TL;DR – An emotional journal to find safety in a world that has fallen into disaster.
Post-Credit Scene – There is no post-credit scene
Disclosure – I paid for the Apple TV+ service that viewed this film.
Finch Review –
One genre I have always found interesting is that of the lone survivor. Why they were left alone could be from them being forgotten, marooned, left behind, well, anything. Fighting against the elements and even time to survive. Indeed, Tom Hanks is famous for playing a similar situation in Cast Away, so you knew it had to be an exciting premise to get him back into this realm.
So to set the scene, in the not-so-distant future, a solar flare wiped away Earth’s ozone layer exposing the globe to a massive surge of radiation and also setting off a global EMP. This baked the planet, killing nearly all the plants, animals, and of course, humans. One of the last people alive is Finch (Tom Hanks), who has survived in St Louis in the basement of the robotics company he worked at. He has one mission, to finish building Jeff (Caleb Landry Jones) an android, so there would be someone to look after Goodyear/Dog (Seamus) after he was gone. Things were going well until a supercell arrived. It will last for over 40 days, 40 days too long. So they all have to make a trip across the country to safety.
There is a real odd tone with this film in that there is this deep undercurrent of sadness underneath everything. A sorrow not from the fact that literally, everyone else is dead, but that it is apparent very early on that Finch is dying. Everything in this film is a last-ditch effort on his part to provide a future for Dog. So even when you are having humorous moments between Finch and Jeff, this undercurrent is always here. There would generally be extreme tonal whiplash in films like this. The fact that there is not stemmed from a lot of work from a lot of people across the runtime of the whole movie coming together.
Where this film works, the best is in its intimacy. For all intents and purposes, there are only ever three characters in the movie. This means the film has nowhere to hide, but because of this, they make every moment work. Tom and Caleb work effortlessly together in this odd mentor/mentee, creation/creator, father/son, dynamic. There is a bond both in the good and the bad which feels genuine, and this bond comes from performances that immediately feel right. This is supported by the writing of Goodyear, creating a dog that was probably more intelligent than the norm. All of these features come together to make a film of incredible emotional depth.
To bring all the animatronics to life, the film uses a combination of puppetry and what I assume was mo-cam work for Jeff. Caleb and the effects team’s work to bring Jeff to life was essential for this film to work. They had to balance his very human features and his very non-human features to create something that was both believable while also avoiding the uncanny valley. This lets the performances shine and enables the emotion to hit hard. Also, a shout out to the design of Dewey, who was a perfect choice for the film.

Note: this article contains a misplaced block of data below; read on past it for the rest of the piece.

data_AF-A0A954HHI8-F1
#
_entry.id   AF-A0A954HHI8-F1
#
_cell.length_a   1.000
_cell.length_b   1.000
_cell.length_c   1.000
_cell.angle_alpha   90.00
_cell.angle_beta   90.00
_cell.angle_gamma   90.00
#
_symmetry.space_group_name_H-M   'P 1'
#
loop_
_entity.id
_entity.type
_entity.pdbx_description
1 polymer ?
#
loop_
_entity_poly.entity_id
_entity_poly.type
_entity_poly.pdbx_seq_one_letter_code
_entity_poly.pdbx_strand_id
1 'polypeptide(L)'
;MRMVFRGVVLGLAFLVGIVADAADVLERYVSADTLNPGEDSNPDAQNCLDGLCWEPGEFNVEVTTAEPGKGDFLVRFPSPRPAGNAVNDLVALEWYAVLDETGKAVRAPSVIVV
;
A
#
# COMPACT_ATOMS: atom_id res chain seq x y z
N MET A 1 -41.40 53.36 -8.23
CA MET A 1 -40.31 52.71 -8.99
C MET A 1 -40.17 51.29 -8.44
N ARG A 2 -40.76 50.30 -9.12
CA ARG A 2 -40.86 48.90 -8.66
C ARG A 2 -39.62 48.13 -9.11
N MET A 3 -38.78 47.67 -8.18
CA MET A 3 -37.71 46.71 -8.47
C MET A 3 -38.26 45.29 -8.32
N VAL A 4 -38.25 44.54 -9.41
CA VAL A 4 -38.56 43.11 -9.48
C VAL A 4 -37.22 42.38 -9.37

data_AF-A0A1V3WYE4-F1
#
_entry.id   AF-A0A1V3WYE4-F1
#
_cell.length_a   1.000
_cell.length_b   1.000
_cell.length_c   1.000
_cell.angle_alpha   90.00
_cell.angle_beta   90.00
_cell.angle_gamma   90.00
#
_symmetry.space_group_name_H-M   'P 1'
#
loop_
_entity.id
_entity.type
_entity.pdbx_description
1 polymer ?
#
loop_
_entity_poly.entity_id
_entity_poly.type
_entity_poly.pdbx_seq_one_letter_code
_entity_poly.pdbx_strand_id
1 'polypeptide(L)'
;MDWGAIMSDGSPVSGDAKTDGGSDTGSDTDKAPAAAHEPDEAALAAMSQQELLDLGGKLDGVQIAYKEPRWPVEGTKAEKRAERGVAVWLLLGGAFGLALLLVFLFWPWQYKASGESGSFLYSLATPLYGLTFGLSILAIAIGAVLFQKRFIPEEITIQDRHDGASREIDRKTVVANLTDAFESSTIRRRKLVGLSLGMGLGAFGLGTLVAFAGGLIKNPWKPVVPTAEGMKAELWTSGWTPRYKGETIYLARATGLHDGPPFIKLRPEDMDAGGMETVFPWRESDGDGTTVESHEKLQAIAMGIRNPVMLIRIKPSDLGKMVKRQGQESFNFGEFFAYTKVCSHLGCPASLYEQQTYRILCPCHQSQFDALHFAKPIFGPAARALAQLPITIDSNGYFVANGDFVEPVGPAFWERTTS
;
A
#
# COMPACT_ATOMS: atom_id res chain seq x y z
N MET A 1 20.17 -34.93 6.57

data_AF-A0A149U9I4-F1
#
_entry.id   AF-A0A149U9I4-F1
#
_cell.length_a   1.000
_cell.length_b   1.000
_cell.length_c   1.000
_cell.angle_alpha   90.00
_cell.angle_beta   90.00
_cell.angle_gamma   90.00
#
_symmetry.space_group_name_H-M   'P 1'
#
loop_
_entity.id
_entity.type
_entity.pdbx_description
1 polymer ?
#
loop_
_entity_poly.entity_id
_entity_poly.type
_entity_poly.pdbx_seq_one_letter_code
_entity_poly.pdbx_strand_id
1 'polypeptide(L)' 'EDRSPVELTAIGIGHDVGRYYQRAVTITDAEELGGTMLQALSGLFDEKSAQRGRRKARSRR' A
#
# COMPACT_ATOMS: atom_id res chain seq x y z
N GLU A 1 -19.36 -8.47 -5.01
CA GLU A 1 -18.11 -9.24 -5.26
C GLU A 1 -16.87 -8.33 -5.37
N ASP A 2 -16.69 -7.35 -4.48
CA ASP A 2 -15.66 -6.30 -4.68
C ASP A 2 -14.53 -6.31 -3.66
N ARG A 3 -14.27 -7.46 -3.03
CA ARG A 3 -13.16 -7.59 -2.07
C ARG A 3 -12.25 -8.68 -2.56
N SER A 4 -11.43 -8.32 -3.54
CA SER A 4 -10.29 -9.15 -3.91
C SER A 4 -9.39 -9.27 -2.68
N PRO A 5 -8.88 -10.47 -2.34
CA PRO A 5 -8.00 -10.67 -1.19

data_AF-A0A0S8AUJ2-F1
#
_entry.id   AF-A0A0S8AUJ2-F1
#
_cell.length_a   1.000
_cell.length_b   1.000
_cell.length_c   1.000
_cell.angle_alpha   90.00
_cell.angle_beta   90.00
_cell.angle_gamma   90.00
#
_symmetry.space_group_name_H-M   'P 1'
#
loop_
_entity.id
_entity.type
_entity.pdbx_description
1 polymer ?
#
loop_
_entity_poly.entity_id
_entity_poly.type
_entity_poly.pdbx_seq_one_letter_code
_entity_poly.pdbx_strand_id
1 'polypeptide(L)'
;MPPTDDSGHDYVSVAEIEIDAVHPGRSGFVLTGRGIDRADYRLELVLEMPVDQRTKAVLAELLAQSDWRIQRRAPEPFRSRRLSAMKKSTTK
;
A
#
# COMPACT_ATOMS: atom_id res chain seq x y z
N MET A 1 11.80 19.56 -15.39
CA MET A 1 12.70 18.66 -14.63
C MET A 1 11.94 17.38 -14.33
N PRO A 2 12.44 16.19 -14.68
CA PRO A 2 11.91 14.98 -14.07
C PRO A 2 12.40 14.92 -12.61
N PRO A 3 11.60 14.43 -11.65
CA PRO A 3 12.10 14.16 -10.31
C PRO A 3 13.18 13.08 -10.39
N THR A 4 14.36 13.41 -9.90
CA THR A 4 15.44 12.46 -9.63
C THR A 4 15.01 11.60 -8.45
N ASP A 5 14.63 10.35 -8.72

Another facet I liked about the film was the show don’t tell nature of a lot of the story. You know that something is wrong with Finch before anything is mentioned because of what books he chose to prioritise being uploaded into Jeff. Or from that one can of peaches in the fridge. Then there is the event itself. Even a comedic moment of popping popcorn on a tin lid in full sunlight is used to tell more about this world. Finch is a film that leans into that visual storytelling method that I particularly like.
In the end, do we recommend Finch? Absolutely. Indeed, this is only our second 5-star film this year. I am not sure this film will be for everyone, but it hit me deep in the emotional core. Good visual design, supporting superb performances, and a tight narrative makes it one of the films of the year for me. If you liked Finch, I would recommend to you A Quiet Place.
By Brian MacNamara: You can follow Brian on Twitter Here, when he’s not chatting about Movies and TV, he’ll be talking about International Relations, or the Solar System.
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Credits – All images were created by the cast, crew, and production companies of Finch
Directed by – Miguel Sapochnik
Written by – Craig Luck & Ivor Powell
Music by – Gustavo Santaolalla
Cinematography by – Jo Willems
Edited by – Tim Porter
Production/Distribution Companies – Amblin Entertainment, Reliance Entertainment, Walden Media, ImageMovers, Misher Films & AppleTV+
Starring –Tom Hanks, Caleb Landry Jones, Seamus & Emily Jones
Rating – Australia: M; Canada: PG; Germany: 12; New Zealand: na; United Kingdom: 12A; United States: PG-13